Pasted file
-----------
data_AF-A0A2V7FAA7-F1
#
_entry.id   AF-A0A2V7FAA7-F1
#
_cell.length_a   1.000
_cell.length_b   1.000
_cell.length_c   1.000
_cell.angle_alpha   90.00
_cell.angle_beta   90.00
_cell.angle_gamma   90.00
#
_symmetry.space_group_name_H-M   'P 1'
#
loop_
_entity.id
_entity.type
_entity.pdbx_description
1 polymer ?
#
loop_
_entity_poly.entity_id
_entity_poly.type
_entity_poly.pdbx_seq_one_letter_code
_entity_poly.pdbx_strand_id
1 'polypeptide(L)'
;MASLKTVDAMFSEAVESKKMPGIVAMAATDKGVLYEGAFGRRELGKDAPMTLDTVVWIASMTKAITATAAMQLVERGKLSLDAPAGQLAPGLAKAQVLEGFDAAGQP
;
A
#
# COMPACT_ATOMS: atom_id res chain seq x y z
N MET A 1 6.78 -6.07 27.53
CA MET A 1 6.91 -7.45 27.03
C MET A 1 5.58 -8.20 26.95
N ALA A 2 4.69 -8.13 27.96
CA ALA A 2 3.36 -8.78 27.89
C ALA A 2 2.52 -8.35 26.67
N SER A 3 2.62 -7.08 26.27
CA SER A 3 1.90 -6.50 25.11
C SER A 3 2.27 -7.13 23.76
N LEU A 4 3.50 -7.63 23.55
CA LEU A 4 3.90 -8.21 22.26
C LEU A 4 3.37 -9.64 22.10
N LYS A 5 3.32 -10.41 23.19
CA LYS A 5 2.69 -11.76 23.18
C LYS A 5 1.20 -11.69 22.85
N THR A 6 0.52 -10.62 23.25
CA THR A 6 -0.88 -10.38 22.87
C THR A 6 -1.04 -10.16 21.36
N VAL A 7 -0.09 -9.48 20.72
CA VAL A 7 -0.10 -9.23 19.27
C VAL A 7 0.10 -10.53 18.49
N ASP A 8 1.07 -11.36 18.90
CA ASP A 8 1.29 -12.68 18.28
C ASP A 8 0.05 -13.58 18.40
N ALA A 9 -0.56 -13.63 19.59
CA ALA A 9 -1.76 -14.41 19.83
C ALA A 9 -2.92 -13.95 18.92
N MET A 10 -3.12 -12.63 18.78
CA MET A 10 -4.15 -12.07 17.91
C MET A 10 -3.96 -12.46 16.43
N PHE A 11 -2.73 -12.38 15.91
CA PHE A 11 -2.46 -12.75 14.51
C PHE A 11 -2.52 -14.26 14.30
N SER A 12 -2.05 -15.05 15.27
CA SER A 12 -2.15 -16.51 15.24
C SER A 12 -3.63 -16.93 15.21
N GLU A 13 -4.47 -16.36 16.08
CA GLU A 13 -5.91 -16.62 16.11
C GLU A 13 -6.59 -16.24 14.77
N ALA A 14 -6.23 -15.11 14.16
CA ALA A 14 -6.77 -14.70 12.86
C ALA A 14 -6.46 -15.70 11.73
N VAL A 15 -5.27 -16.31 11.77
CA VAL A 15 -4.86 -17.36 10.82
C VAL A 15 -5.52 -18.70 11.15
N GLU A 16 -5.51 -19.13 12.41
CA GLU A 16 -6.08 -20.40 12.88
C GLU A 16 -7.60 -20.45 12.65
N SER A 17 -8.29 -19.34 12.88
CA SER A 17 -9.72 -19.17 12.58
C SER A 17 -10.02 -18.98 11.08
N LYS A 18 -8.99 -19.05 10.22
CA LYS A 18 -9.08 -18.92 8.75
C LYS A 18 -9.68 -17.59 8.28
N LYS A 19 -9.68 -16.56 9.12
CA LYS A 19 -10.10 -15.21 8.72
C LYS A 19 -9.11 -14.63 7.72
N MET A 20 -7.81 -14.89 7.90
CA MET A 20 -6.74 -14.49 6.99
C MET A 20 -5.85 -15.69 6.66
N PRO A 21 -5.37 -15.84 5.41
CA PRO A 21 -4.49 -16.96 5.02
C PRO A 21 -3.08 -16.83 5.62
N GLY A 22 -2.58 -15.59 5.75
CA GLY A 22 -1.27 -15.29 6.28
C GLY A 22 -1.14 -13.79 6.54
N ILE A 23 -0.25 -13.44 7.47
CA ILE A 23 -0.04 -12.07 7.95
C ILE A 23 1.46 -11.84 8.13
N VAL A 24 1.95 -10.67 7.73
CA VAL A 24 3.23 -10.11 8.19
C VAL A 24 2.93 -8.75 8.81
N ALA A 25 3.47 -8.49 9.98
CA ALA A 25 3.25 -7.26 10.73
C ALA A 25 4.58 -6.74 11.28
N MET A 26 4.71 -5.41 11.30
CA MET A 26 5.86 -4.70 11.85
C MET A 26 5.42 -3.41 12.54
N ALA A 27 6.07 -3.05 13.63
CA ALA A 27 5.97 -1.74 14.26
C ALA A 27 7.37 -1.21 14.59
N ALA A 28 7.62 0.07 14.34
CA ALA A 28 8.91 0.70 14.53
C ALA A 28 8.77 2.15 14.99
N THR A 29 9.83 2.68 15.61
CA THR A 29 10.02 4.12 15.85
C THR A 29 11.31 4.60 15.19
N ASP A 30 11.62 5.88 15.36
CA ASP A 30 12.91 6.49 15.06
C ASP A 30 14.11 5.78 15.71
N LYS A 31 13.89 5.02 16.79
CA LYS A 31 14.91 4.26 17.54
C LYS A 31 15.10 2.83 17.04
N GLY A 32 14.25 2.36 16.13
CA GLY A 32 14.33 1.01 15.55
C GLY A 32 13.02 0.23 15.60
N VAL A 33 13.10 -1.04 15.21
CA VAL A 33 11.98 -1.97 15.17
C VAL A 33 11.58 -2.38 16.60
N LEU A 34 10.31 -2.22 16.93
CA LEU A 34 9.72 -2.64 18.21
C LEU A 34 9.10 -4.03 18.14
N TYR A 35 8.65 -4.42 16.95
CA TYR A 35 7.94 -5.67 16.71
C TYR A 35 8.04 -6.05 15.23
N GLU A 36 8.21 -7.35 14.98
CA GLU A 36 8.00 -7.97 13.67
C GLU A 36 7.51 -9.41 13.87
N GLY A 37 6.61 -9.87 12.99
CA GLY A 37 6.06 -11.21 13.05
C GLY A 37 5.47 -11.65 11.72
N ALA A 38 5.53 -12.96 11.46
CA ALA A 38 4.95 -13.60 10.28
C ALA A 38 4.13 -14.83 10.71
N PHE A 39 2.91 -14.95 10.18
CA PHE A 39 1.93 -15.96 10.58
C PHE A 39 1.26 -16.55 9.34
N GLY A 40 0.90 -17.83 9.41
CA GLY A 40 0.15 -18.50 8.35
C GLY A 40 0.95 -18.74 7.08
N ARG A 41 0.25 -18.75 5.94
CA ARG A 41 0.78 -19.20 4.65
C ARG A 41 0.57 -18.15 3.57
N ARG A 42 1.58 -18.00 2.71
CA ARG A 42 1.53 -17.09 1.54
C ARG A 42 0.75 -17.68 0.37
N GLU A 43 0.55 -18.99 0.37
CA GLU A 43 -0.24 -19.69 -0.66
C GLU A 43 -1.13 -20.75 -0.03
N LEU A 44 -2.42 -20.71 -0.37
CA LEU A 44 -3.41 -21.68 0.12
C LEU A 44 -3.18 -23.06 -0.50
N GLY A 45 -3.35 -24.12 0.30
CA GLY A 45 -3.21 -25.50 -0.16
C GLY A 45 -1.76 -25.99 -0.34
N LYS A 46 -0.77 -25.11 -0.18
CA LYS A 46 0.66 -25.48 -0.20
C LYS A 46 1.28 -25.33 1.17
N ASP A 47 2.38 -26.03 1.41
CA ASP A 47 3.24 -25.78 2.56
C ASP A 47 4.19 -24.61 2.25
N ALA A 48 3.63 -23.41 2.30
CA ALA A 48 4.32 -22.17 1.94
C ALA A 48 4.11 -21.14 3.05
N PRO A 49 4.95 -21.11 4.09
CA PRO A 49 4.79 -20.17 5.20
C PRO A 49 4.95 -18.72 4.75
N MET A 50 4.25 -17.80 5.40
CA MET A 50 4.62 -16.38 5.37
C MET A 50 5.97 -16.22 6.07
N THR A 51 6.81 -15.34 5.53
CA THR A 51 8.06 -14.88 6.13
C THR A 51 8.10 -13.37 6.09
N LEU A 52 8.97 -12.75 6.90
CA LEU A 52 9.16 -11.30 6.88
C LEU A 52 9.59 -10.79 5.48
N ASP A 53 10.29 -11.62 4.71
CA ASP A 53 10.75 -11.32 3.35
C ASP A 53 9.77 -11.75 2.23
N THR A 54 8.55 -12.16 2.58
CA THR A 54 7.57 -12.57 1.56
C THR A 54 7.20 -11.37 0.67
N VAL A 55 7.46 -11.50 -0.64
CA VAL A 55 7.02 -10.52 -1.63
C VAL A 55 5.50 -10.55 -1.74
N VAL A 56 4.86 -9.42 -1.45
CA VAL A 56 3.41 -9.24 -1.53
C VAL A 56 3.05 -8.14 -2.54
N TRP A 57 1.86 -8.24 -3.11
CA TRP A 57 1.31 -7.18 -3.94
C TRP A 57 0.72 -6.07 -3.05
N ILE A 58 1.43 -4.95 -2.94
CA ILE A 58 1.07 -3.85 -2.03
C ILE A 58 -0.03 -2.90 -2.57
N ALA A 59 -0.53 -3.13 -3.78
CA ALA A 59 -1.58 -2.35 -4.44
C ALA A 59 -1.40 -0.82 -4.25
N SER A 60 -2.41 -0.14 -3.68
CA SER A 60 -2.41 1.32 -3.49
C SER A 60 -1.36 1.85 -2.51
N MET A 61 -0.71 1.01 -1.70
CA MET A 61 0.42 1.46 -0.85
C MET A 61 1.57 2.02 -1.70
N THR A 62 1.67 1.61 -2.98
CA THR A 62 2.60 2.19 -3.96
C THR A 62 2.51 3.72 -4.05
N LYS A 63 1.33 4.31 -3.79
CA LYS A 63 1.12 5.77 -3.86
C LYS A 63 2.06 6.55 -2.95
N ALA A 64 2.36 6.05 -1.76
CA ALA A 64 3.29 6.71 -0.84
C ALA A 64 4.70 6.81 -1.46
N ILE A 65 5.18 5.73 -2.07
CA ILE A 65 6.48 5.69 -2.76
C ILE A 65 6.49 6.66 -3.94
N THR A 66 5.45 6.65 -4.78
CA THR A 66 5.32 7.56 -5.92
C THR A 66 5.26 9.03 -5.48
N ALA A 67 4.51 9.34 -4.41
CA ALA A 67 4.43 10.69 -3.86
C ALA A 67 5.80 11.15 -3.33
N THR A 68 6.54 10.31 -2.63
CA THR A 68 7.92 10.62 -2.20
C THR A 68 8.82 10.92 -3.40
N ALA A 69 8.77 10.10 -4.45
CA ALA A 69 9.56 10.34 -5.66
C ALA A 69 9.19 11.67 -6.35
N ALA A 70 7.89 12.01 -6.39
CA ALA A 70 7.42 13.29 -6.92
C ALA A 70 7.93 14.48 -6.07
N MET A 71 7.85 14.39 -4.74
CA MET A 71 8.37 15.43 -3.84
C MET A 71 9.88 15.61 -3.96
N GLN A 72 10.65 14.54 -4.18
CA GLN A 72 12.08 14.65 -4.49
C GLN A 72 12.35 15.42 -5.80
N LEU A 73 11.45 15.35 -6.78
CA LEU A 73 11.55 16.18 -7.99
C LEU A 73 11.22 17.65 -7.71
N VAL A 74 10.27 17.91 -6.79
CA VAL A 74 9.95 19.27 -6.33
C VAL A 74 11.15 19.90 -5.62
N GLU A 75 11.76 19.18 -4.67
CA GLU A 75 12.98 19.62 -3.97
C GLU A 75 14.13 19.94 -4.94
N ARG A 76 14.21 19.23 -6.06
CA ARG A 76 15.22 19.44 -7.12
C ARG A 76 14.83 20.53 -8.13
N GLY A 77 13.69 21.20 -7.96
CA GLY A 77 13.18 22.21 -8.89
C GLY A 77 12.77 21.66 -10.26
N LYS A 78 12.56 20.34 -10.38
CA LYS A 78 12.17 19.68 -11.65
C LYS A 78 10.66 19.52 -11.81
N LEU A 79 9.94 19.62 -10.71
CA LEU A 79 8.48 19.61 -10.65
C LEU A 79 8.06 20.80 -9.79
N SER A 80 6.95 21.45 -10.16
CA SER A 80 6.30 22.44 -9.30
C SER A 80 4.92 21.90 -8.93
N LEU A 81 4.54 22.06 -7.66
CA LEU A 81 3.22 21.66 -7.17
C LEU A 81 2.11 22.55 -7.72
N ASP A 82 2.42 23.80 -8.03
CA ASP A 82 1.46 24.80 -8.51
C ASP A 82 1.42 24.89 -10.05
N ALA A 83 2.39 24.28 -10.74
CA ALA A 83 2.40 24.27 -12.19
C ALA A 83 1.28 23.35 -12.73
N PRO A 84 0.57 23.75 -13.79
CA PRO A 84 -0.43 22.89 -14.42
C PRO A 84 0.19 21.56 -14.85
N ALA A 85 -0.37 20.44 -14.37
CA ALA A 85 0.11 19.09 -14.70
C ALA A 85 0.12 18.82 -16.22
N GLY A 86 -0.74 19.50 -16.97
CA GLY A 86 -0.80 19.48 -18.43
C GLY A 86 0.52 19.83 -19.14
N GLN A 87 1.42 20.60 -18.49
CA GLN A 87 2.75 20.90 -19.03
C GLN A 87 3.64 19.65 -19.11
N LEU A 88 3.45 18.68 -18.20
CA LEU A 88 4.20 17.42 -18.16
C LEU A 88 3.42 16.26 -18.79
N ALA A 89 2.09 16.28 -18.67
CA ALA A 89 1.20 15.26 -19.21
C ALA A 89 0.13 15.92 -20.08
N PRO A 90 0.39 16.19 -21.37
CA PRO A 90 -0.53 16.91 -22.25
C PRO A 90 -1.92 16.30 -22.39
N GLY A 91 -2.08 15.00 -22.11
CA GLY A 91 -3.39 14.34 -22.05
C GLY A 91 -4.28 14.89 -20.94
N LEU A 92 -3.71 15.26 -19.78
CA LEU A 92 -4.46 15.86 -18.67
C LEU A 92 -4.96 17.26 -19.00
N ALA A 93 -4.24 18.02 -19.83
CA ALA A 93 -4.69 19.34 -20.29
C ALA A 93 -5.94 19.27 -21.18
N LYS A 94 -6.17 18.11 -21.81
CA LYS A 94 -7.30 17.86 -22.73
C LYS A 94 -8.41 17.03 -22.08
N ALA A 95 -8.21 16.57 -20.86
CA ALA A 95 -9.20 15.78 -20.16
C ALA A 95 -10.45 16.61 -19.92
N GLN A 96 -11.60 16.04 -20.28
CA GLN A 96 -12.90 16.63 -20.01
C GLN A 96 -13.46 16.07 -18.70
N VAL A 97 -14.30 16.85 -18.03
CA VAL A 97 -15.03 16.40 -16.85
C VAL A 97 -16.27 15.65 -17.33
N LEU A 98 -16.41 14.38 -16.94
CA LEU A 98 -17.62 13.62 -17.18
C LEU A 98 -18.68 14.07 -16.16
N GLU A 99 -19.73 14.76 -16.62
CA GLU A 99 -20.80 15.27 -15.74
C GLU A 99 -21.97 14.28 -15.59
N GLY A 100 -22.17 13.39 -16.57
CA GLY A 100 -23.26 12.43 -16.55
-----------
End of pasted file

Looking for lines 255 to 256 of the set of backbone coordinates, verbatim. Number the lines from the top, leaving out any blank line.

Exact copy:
C GLU A 75 14.13 19.94 -4.94
N ARG A 76 14.21 19.23 -6.06